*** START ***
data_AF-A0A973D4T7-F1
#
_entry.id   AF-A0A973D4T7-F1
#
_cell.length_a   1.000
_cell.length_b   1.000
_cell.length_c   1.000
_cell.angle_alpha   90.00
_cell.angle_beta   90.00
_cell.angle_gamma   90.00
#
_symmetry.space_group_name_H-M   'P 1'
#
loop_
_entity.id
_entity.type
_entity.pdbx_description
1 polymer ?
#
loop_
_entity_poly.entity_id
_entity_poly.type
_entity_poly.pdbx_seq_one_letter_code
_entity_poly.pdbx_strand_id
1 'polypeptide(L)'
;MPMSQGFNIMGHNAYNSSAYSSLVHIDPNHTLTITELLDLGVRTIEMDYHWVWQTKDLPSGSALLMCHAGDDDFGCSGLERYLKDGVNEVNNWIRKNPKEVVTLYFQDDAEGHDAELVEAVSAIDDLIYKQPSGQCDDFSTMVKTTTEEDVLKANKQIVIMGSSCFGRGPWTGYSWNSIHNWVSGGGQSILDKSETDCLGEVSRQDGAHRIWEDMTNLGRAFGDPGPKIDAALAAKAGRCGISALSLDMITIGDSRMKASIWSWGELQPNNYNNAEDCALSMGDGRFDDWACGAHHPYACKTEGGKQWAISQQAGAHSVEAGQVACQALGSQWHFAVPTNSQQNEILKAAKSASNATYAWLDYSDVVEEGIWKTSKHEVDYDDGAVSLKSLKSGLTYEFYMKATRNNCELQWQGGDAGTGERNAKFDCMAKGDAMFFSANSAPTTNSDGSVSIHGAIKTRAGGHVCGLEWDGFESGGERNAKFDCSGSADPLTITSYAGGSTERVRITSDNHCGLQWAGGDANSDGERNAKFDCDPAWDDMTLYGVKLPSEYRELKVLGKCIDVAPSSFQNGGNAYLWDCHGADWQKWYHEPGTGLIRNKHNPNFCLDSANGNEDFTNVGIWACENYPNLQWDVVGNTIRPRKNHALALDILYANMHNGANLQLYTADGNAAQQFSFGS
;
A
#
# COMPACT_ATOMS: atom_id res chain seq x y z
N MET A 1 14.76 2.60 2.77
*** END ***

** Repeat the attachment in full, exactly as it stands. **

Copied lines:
data_AF-A0A973D4T7-F1
#
_entry.id   AF-A0A973D4T7-F1
#
_cell.length_a   1.000
_cell.length_b   1.000
_cell.length_c   1.000
_cell.angle_alpha   90.00
_cell.angle_beta   90.00
_cell.angle_gamma   90.00
#
_symmetry.space_group_name_H-M   'P 1'
#
loop_
_entity.id
_entity.type
_entity.pdbx_description
1 polymer ?
#
loop_
_entity_poly.entity_id
_entity_poly.type
_entity_poly.pdbx_seq_one_letter_code
_entity_poly.pdbx_strand_id
1 'polypeptide(L)'
;MPMSQGFNIMGHNAYNSSAYSSLVHIDPNHTLTITELLDLGVRTIEMDYHWVWQTKDLPSGSALLMCHAGDDDFGCSGLERYLKDGVNEVNNWIRKNPKEVVTLYFQDDAEGHDAELVEAVSAIDDLIYKQPSGQCDDFSTMVKTTTEEDVLKANKQIVIMGSSCFGRGPWTGYSWNSIHNWVSGGGQSILDKSETDCLGEVSRQDGAHRIWEDMTNLGRAFGDPGPKIDAALAAKAGRCGISALSLDMITIGDSRMKASIWSWGELQPNNYNNAEDCALSMGDGRFDDWACGAHHPYACKTEGGKQWAISQQAGAHSVEAGQVACQALGSQWHFAVPTNSQQNEILKAAKSASNATYAWLDYSDVVEEGIWKTSKHEVDYDDGAVSLKSLKSGLTYEFYMKATRNNCELQWQGGDAGTGERNAKFDCMAKGDAMFFSANSAPTTNSDGSVSIHGAIKTRAGGHVCGLEWDGFESGGERNAKFDCSGSADPLTITSYAGGSTERVRITSDNHCGLQWAGGDANSDGERNAKFDCDPAWDDMTLYGVKLPSEYRELKVLGKCIDVAPSSFQNGGNAYLWDCHGADWQKWYHEPGTGLIRNKHNPNFCLDSANGNEDFTNVGIWACENYPNLQWDVVGNTIRPRKNHALALDILYANMHNGANLQLYTADGNAAQQFSFGS
;
A
#
# COMPACT_ATOMS: atom_id res chain seq x y z
N MET A 1 14.76 2.60 2.77